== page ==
But obviously, you need to be able to score goals to win. While the Hurricanes have some nice pieces up front in Elias Lindholm, Victor Rask, Teuvo Teravainen, Jeff Skinner, Jordan Staal and Sebastien Aho, the team hasn’t truly had a dominant superstar since the early days of the former face of the franchise Eric Staal. Teravainen currently leads the team in points with 25.

Many hoped Lindholm would’ve taken the reigns as the dominant, No.1 centre the team has needed since the elder Eric Staal’s departure, but it has become more and more clear that he is better suited on the wing (think the Hurricanes would want a mulligan on that pick, as Sean Monahan went directly after Lindholm in that draft?). With Hurricanes being so close to a playoff team already (and arguably would be if not for being in the barbaric Metropolitan division), it seems as though that adding a superstar would push this team over the edge.

Insert John Tavares.

Tavares would immediately make the Hurricanes a playoff team and, in my opinion, a team capable of finishing in the Top 3 of their division. In the not too distant future, it is not hard to imagine the Hurricanes having one of the better defensive groups in the entire NHL, and if Tavares were to be added to the mix, it could be argued the same for the forwards.

Not only could the Hurricanes offer a team with long-term success, but could also offer more financially than any other competitive team. 

The Hurricanes currently have the second lowest payroll in the entire NHL, so offering Tavares a blank check would be 100% doable. With Tavares sure to be looking for a seven-year contract with an average annual value well north of $10 million, there will not be too many competitive teams capable of dishing out that kind of money.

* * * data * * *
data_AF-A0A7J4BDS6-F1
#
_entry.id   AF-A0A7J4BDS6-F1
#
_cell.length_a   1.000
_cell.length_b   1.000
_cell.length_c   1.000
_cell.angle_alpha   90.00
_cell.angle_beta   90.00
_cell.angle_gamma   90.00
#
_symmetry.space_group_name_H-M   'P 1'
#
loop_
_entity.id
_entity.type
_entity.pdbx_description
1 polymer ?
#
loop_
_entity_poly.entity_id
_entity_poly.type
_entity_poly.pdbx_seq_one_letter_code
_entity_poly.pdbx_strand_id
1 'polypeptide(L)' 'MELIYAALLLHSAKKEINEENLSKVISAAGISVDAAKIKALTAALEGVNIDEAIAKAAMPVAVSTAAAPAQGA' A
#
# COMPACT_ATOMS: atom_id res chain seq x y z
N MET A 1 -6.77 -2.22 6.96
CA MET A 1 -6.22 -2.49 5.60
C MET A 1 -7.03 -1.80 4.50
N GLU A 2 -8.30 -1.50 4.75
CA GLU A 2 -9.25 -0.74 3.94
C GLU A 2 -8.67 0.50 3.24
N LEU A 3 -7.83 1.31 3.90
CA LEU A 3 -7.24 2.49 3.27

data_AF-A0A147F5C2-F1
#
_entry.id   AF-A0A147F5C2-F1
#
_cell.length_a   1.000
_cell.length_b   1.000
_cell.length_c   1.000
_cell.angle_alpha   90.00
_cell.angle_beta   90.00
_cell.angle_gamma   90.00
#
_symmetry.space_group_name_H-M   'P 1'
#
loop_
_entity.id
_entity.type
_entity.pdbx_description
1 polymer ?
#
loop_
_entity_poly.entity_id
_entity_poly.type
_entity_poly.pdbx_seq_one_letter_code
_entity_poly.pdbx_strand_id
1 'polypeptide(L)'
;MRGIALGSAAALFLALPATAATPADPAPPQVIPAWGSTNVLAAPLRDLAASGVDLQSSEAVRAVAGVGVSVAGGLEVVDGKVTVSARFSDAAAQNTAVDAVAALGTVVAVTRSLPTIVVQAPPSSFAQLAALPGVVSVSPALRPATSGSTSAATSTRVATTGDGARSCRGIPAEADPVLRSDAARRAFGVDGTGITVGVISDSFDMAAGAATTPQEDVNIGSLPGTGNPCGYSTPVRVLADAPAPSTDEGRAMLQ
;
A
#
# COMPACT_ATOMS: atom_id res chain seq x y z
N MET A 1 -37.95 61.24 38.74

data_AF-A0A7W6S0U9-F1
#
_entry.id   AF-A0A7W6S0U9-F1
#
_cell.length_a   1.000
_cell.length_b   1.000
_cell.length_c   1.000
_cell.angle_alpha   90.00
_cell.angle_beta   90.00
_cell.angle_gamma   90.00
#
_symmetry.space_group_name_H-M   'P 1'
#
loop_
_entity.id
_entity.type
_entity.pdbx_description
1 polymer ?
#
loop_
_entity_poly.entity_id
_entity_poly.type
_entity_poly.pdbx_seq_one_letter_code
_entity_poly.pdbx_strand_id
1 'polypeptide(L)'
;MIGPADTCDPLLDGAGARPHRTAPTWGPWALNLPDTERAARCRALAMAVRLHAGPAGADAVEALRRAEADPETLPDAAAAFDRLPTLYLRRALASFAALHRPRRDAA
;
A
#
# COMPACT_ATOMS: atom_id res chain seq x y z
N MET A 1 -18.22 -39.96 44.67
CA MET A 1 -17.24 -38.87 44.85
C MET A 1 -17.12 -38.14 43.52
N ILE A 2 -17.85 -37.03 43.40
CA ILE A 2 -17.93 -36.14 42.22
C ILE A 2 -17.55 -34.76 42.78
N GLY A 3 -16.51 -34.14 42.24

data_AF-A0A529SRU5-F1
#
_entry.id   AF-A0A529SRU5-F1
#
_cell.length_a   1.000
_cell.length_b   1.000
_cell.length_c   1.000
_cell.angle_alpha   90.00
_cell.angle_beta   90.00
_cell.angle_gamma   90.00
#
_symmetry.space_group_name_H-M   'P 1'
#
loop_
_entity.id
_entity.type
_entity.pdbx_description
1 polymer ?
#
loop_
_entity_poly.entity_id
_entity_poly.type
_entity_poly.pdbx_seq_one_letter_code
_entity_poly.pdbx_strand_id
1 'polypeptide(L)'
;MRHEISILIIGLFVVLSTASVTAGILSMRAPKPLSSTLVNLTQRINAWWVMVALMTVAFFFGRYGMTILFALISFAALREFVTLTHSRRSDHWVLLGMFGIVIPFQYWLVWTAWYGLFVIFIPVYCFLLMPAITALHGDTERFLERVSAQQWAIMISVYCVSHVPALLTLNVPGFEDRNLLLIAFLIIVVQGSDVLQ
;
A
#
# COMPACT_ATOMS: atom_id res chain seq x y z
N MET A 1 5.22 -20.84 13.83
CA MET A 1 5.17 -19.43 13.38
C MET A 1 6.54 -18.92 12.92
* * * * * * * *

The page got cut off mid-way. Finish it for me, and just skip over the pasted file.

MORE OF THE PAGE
Favorite landing spots for John Tavares are big market Canadian cities like Montreal and Toronto, but there are glowing problems for each city.

In Toronto, they already have a superstar in Auston Matthews, who will be getting Tavares-like money in the near future. Aside from Matthews, young stars Mitch Marner and William Nylander (not to mention recently signed veteran Patrick Marleau) will all take up significant money on the cap. Hard to think the Leafs could fit Tavares in with an already overly expensive forward group.

As far as Montreal goes, why would Tavares want to play there? Sure, Marc Bergevin would probably give Tavares the biggest deal imaginable, along with the key to the city, but the future has never been duller in Montreal. With arguably the thinnest pipeline in the entire NHL, and the team’s top two players (Shea Weber and Carey Price) already being on the wrong side of 30, it’s hard to imagine the Habs being a competitive team long-term.

Tavares is not only hungry for a big pay day, he’s hungry for success. But there are not a lot of franchises that seem poised to offer him both. There are many that can offer him one or the other. It seems that Tavares in Carolina is a match made in heaven.

It can be said that Hurricanes are the most devastating natural disaster. When it becomes a perfect storm, it can be incredibly hard to stop. If Tavares becomes the eye of the Hurricane, it will not doubt be a perfect storm, and not one that many NHL teams will be strong enough to stop.

Anthony Di Marco is the Philadelphia Correspondent for The Fourth Period.